Rock Climbing Shoes are the first and most important piece of equipment you can purchase to improve your rock climbing performance.
Be careful not to buy shoes that are too tight as you will concentrate on your pain more than climbing and have much less fun. When climbing shoes stretch you can always compensate by adding socks.
Rock climbing shoes should fit tight around your feet. A good-fitting climbing shoe is going to be very snug, especially if you're buying a sport shoe. Make sure your toes are cramming into the toe box evenly. If the toe box feels really tight in one spot and not so tight in another, compare the fit with a different manufacturer's shoes, and your toes should not wiggle.
Every shoe company uses different lasts (hand-carved feet that the shoe is built around) that have little or no correlation to each other so try on a variety of brands and a variety of sizes. Some companies expect that you'll wear a climbing shoe that is one size less than your street shoe size, and others make the adjustment in the factory so your climbing shoe and street shoe sizes are the same. Unlined leather climbing shoes stretch about 1/2 a size with wear, so buy them snug. Lined leather shoes don't stretch as much as they will mould to your foot after a few outings. Synthetic shoes won't stretch at all, so the fit you have in the shop is the one you'll have to live with. Lace the shoes tightly. The eyes of the lacing should not touch - if the eyes of the lacing touch when the shoes are new, they'll be floppy when the shoes are broken in.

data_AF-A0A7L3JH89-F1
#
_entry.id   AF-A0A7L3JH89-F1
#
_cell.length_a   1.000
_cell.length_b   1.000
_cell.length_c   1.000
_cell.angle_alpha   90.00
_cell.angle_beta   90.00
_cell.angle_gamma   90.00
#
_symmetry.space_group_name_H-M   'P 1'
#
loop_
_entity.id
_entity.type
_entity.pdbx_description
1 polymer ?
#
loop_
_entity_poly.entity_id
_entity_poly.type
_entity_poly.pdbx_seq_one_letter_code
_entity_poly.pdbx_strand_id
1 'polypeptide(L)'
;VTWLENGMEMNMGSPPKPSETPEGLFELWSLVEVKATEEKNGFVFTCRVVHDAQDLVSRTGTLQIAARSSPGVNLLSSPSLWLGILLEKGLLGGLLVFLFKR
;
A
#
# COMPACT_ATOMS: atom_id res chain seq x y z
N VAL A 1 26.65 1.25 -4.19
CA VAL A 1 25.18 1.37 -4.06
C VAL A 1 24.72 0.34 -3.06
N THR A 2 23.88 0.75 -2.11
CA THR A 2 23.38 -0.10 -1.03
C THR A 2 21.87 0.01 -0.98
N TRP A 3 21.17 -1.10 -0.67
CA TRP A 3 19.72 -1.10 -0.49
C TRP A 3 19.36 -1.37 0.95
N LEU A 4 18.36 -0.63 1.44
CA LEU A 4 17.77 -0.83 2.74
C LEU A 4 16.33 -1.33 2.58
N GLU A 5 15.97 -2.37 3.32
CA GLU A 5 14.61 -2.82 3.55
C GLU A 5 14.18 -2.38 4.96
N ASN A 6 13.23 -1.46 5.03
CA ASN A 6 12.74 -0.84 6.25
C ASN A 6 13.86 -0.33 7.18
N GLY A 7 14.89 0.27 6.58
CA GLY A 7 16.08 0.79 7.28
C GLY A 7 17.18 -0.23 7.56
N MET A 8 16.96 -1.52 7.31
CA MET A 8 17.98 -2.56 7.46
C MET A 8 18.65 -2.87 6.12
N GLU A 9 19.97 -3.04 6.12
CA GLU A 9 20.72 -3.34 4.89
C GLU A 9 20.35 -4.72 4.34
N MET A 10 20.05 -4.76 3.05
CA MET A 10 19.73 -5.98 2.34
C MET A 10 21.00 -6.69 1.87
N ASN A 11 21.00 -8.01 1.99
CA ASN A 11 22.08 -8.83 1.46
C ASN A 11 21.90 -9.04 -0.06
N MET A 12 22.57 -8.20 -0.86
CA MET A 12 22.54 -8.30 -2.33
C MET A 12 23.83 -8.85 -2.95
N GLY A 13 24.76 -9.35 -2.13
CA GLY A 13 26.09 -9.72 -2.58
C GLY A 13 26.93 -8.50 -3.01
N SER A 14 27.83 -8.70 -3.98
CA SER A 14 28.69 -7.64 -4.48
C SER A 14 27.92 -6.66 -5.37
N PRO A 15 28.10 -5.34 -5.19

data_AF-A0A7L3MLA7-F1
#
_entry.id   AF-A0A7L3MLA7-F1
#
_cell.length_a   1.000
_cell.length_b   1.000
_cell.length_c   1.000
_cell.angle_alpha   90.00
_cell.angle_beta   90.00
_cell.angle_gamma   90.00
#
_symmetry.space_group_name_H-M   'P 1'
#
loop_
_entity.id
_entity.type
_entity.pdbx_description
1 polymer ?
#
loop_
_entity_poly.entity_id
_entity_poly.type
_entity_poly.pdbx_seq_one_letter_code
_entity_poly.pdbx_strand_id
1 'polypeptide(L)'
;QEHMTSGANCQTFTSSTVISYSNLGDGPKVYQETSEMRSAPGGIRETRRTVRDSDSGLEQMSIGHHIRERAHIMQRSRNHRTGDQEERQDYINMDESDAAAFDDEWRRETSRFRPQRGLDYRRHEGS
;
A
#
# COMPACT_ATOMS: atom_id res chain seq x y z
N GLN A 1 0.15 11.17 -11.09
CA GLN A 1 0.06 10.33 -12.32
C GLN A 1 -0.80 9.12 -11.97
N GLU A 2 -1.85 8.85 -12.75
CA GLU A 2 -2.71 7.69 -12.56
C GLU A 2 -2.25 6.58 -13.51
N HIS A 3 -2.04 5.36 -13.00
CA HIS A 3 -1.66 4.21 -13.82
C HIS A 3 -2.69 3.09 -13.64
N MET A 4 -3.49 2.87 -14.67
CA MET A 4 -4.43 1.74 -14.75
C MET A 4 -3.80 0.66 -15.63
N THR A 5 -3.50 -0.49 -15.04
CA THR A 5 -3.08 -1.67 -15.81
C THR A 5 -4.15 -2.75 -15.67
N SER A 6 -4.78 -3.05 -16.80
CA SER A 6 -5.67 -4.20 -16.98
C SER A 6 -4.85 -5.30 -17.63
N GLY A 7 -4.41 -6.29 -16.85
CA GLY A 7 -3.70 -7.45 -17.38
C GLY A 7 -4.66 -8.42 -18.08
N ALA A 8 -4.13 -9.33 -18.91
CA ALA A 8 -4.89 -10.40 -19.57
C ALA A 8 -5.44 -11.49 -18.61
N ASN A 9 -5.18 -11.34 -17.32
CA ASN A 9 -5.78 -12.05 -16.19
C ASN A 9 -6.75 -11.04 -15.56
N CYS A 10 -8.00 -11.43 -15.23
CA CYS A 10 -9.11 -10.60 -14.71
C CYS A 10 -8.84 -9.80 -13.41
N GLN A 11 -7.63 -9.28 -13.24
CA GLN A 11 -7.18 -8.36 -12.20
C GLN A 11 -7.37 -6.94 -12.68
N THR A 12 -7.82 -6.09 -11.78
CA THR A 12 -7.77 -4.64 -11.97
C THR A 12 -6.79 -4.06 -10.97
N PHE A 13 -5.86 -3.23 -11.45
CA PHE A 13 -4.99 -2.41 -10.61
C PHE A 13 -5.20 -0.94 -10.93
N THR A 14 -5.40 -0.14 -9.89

(Be aware that after 15-20 pitches there will be some amount of stretch. Consider fit, construction and fabric at the time of buying)
Type of Shoes
There are many types of rock shoe on the market and some are very specific. So you may need more then one pair. And you may need to adjust the fit.
Traditional climbing shoes are for long climbs, including cracks, face, chimneys, and slabs. They generally have a supportive last, the fit is looser than other climbing shoes, and remain comfortable after many hours of climbing. These are recommended for beginners to the sport who plan to spend time climbing outdoors on real rock as they have a lining that protects the feet and is easier on the leg muscles, especially the calves.
Sport climbing shoes are for mostly face climbing, limited crack climbing, and climbing walls. They are mostly slip-lasted and a tighter fit, more flexible and have more rounded edges. If you plan on spending time indoors, beginner or not, you should go with sport shoes.
Performance shoes are generally for overhanging sport routes, bouldering, and competition - not for beginners. Climbing in performance shoes will strengthen and harden your feet up. This type of climbing shoes have a zip or elastic closure. They are fast to get into, but will hurt your feet edging and standing around if you are not used to them. They have thinner soles making them much more sensitive than trad shoes (traditional shoes) and will need resoling sooner than other rock shoes. Long routes will often require a stiffer shoe. Boulderers often opt for performance climbing shoes.